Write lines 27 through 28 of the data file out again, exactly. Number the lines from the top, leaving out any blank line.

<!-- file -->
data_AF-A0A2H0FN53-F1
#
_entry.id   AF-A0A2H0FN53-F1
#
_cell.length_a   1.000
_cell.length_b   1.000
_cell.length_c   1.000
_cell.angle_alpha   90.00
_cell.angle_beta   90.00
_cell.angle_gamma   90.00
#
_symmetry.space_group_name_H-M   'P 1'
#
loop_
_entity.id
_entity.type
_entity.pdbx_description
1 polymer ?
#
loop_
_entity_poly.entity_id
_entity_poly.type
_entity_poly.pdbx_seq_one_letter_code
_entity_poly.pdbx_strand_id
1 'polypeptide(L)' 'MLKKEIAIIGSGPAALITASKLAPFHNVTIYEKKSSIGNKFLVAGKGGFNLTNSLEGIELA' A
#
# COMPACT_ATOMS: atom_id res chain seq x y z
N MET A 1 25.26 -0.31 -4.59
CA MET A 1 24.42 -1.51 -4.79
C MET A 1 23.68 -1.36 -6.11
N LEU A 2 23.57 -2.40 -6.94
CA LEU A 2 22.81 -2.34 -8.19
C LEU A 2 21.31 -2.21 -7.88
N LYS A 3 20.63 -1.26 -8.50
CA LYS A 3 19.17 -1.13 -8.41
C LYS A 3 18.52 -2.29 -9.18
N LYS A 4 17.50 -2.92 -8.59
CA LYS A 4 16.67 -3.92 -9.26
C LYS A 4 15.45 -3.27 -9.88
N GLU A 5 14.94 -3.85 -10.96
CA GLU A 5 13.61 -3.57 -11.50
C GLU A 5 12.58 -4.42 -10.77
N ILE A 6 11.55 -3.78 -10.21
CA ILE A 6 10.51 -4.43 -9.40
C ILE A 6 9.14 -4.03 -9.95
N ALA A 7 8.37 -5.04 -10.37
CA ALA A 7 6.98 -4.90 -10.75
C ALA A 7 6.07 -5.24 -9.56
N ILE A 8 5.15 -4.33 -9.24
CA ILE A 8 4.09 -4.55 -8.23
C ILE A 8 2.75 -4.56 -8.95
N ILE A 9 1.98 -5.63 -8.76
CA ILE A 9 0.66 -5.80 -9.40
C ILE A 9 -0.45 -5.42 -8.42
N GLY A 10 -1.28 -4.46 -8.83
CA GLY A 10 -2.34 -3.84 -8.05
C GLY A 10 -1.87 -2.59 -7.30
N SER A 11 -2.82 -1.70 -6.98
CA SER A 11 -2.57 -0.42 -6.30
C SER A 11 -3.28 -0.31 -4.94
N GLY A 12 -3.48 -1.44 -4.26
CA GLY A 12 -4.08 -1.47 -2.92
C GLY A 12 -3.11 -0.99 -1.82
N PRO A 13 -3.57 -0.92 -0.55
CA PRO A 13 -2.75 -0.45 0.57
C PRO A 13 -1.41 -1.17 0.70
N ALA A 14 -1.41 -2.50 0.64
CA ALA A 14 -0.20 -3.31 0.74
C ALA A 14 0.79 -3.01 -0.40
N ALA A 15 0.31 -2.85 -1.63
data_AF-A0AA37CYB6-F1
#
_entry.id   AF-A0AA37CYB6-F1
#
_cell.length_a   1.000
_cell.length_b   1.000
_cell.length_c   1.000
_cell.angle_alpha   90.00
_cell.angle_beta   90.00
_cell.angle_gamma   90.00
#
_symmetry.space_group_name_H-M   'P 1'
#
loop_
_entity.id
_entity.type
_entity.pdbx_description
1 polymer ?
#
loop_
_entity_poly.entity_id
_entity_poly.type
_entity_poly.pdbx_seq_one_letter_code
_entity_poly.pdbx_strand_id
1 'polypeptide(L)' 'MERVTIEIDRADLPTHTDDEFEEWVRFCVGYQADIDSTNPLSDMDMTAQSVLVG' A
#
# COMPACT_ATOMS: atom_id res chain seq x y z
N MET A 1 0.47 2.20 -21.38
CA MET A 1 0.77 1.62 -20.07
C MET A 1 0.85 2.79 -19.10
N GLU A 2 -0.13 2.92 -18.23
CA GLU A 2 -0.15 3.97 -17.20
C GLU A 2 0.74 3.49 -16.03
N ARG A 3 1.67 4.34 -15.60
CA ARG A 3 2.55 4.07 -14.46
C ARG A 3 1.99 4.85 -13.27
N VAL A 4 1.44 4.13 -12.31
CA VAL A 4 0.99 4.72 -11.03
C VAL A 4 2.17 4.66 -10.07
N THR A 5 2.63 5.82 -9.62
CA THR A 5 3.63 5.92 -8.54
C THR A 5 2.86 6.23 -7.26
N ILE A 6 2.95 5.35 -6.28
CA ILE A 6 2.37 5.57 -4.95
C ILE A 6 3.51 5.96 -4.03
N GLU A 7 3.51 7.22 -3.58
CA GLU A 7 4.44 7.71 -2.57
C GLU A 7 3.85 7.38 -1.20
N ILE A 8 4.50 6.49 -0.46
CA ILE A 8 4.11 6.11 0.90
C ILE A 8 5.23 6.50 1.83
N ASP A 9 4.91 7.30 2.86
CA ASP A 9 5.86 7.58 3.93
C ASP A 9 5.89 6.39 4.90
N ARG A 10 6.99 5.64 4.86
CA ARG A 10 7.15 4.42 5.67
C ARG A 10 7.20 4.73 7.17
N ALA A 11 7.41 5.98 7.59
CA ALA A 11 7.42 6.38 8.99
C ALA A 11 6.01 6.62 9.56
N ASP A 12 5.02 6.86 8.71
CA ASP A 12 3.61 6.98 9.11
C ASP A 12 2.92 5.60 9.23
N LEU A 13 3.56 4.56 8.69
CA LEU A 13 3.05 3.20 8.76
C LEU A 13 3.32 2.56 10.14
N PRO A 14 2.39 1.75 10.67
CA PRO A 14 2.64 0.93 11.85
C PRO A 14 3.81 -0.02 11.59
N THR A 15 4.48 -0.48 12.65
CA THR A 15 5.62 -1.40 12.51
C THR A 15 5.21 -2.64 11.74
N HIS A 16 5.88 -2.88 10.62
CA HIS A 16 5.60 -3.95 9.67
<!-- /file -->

# COMPACT_ATOMS: atom_id res chain seq x y z
N MET A 1 25.26 -0.31 -4.59